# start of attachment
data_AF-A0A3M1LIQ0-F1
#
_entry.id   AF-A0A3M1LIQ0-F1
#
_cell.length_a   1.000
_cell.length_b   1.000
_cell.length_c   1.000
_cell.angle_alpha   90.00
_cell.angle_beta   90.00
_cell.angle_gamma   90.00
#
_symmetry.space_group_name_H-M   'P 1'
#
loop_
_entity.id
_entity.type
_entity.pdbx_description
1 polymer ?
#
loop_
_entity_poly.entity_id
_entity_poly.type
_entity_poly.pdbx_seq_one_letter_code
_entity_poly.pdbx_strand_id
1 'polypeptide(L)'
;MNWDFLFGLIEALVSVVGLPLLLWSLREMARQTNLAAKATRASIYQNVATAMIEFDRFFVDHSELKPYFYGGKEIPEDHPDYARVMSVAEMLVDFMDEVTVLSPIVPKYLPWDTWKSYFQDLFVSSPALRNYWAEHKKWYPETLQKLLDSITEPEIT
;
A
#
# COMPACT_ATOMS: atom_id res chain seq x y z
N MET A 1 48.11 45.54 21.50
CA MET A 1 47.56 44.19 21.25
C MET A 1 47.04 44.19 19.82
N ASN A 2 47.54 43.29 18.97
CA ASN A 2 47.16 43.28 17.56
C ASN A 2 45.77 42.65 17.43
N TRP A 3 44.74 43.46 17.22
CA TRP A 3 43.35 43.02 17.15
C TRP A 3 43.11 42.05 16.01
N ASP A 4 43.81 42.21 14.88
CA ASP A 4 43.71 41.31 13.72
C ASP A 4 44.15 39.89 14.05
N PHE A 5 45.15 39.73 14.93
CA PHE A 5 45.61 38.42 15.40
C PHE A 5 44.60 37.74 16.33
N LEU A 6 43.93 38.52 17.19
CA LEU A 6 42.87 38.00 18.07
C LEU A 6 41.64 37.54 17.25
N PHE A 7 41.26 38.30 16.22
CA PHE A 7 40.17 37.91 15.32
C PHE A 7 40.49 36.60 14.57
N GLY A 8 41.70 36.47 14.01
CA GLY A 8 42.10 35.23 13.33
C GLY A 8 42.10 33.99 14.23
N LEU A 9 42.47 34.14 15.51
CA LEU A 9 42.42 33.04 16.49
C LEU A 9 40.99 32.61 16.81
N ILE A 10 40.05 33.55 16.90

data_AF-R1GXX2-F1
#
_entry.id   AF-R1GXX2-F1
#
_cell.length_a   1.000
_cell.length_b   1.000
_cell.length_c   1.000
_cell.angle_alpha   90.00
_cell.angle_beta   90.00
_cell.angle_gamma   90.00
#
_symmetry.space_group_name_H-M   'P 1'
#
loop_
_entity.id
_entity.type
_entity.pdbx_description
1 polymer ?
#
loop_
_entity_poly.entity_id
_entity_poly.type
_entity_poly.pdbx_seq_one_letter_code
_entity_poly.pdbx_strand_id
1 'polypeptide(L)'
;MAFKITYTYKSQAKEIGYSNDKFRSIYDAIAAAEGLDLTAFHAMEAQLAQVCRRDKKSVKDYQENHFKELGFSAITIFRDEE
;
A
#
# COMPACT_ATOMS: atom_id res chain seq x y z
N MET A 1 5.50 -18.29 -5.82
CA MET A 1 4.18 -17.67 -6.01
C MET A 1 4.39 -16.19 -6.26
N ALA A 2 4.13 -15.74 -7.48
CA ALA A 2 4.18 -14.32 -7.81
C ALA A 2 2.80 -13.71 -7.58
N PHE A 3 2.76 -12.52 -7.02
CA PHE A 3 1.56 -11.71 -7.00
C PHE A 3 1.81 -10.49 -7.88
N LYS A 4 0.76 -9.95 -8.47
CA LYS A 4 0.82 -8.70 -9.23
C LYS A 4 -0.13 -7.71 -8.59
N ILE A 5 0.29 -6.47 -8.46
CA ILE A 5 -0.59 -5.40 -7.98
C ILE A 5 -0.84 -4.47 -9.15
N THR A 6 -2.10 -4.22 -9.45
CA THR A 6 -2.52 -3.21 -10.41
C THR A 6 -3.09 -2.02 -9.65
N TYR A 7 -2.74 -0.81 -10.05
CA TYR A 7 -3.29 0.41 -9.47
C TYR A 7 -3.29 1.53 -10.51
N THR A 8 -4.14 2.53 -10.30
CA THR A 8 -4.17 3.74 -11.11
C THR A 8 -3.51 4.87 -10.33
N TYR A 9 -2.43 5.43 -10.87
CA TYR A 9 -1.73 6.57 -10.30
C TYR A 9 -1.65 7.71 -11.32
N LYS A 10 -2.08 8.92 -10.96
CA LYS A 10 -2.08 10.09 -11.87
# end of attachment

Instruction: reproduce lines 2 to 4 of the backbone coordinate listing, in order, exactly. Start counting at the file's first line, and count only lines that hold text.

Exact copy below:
#
_entry.id   AF-A0A3M1LIQ0-F1
#